When transmitting ordinary text during the pause or stand. still the operator looks for the respective letter-on the open disc of the inner disc 1 and then reads off on the outer disc 2, the character (which may be I a letter or numeral) corresponding to the position of this .letter, whereupon this last read off or ascertained character is written dow and forms the coded text.
The brake 37 serves for holding the coding wheel in position after each operation until the reading 01f has taken place. The brake member 20 serves for stopping or rendering in the same manner.
For those skilled innot operate. Otherwise the clock work mechanism or spring would then continue to run without hindrance and an adjustment would be impossible. The re-adjustment of the machine is also necessary when, during decoding, it is found that the ascertained open text has no intelligible meaning. This is the sign that the machine is wrongly adjusted.
When deciphering or decoding, the pointer is. set upon the inner guiding curve 24. The relative positions of the two surfaces which existed at the beginning of the ciphering are then reproduced and the group of teeth of the ciphering wheel which first beCameoperative during the ciphering is also adjusted. Then the first letter of the cipher script is sough on the outer surface and the associated letter ascertained on the inner surface. The driving mechanism is now operated until one group of teeth has worked, and is then stopped. Then the letter of the cipher text is looked for on the outer. surface, and the letter associated therewith is ascertained on the moved inner surface. This is then the letter in'open script. The second constructional form operates fundamentally exactly It is to be noted that in deciphering as well as in decoding the entire mechanism runs forwardly. Reversal of the direction of rotation by means of a reverse drive and couplings is thus unnecessary. Nor is the reversal or shifting of the indicator or passage from deciphering to decoding necessary except for the beginner. All the conditions make for simplicity of the entire apparatus. The retaining device 20 is also used in' decoding when a meaningless con'1bination of letters is given and it is suspected that there has been a mistake, for exam le, omission of a letter, in the decoding. y means of the brake 20 the apparatus in operation is stopped in order that it maybe adjusted again in a proper manner. of letters is given this proves that an error has been made when adjusting the code word.
It is obvious that in this way the 'ciphering or coding, and alsov the deciphering or de coding, can beeffected in an vabsolutely reliable manner, so that this work canbe car-- ried out even by inexperienced workers in a comparatively short time. The new machine accordingly constitutes a substantial advance in this branch of technology. i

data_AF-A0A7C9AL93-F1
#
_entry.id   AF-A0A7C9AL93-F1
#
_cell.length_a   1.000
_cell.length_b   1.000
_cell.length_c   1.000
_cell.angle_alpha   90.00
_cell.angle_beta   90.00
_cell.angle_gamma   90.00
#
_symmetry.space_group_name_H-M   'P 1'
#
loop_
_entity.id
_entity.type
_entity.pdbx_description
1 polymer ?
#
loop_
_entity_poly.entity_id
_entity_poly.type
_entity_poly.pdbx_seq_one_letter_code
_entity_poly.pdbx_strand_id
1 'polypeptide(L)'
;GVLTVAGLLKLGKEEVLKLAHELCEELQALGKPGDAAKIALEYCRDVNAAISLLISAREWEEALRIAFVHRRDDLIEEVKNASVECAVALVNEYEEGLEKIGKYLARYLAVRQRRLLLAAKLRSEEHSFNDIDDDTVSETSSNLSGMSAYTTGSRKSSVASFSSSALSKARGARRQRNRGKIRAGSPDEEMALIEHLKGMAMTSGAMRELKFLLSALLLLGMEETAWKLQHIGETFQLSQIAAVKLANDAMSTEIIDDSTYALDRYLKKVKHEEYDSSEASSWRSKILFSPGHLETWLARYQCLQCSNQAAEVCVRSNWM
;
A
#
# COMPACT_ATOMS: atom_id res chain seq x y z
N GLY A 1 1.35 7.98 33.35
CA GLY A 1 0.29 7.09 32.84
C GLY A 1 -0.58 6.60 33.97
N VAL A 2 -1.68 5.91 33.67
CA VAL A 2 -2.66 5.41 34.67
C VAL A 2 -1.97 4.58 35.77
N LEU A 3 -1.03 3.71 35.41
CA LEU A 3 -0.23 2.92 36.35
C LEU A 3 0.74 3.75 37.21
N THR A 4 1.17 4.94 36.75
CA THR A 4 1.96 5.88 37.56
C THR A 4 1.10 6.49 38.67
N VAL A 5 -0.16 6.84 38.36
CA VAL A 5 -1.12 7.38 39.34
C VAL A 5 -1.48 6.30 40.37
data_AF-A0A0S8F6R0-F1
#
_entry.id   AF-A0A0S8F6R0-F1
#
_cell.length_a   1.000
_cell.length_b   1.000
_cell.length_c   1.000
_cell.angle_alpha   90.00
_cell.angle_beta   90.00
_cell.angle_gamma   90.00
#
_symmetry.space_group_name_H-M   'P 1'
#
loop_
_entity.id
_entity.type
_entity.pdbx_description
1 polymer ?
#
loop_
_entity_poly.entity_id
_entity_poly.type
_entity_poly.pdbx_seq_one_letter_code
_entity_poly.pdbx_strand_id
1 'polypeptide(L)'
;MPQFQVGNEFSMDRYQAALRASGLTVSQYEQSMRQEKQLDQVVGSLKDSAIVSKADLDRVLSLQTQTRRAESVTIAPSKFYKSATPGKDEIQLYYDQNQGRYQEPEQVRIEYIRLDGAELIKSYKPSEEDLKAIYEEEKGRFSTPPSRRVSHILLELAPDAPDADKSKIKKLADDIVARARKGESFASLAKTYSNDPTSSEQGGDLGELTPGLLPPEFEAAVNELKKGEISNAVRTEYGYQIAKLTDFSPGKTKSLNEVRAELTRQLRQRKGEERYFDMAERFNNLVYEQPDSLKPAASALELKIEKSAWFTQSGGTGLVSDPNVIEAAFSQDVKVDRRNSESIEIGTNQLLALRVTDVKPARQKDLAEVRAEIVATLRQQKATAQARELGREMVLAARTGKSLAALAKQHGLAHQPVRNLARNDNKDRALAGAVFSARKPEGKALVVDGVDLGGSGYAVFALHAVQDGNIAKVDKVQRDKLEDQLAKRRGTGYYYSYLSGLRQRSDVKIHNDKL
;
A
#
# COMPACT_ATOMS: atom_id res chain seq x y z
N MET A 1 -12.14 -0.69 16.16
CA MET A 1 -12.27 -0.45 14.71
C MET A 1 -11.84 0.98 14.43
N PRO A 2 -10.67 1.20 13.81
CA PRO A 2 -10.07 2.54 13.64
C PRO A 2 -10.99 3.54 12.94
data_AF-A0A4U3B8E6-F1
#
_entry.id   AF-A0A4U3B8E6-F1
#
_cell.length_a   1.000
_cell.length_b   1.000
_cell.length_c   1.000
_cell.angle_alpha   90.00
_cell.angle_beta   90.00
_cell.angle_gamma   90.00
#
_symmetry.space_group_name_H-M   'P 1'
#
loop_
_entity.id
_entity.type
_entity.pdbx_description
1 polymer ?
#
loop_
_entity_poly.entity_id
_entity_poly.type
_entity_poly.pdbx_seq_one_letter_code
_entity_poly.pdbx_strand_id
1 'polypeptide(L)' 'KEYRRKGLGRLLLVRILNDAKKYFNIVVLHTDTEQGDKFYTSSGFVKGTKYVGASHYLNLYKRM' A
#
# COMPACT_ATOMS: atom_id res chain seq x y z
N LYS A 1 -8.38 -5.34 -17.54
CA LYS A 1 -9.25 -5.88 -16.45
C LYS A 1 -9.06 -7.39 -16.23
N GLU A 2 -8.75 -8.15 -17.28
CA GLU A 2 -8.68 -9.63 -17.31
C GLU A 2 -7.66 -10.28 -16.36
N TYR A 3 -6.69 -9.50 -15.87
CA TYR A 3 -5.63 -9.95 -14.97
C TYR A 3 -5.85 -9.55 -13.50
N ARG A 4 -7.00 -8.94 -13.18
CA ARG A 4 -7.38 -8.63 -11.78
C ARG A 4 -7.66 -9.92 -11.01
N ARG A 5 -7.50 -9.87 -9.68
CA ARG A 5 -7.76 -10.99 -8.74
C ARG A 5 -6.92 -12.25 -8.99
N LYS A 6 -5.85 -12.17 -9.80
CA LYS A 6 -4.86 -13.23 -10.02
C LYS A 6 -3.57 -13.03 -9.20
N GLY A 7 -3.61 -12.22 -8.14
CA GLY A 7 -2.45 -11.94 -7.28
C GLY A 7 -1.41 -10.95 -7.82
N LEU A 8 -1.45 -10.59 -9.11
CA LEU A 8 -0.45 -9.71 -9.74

,I claim: I
1. In a coding machine having two relatively movable letter carrying elements, a
Whenever a meaningless combination ciphering wheel provided with alternately arranged spaces and groups of teeth for mov--' ing one of the elements, and manually operable means for facilitating the movement of the other elements into the desired initial position.
2. A ciphering machine as claimed inclaim 1, wherein each group of teeth and the following or preceding space of the ciphering wheel occupy the same fraction of the periphery of the wheel, substantially as and for the purposes set forth.
3. In a coding machine having two relativelymovable letter carrying elements and driving mechanism, a wheel provided with alternately arranged spaces and groups of teeth'for moving one of the elements, another wheel arranged in engagement with the driving means, and manually operable means for facilitating the adjustment of the other elements into the desired initial position prior to the operation of the machine.
4. A ciphering machine including a ciphering wheel, two surfaces each marked with a series of characters, one of said surfaces remaining stationary during the normal working of the machine and the other of said surfaces being displaceable relatively to the stationary surface during such workciphering Wheel occupyin the same fraction of the periphery of the w eel, and manually operable means for facilitating-the" movement name to this specification.
ALEXANDER v. KRYHA.
ing by means of the ciphering wheel, two fixed rail guides each concentric with the two said surfaces, and a pointer movable along either of the said rail guides said pointer being formed with a window between its ends through which can be seen a character on one of said surfaces when the pointer is mounted on one of said rail guides.
5. A ciphering and decoding machine as claimed in claim 3, wherein a pawl and ratchet device is associated with the section of the disc which engages the driving means to prevent the movable element from operating in the Wrong direction when the machine is started. I
6. A machine as claimed in claim 3, where- -in stop means are mounted at suitable intervals on the section of the ciphering wheel having alternate spaces and groups of teeth and manually operable resiliently controlled means associated with the stop means for checking the movement of the device when desired.
7. In a cipherin machine, two members havin rows of c aracters, a gearing for perio ically displacing and bringing to a standstill one of the two members whereupon during the standstill each character may be translated from.the plain script to the secret script or vice versa.
8. In a ciphering machine having two relav tivelymovable letter carrying elements, a cipherin wheel provided with alternately 2arrange spaces and groups of teeth for moving one of the elements, each group of teeth and the following or preceding space of the
|Citing Patent||Filing date||Publication date||Applicant||Title|
|US2668369 *||Mar 13, 1951||Feb 9, 1954||Philip G Hilbert||Cipher device|
|U.S. Classification||380/57, 380/58|
|International Classification||G09C1/08, G09C1/06|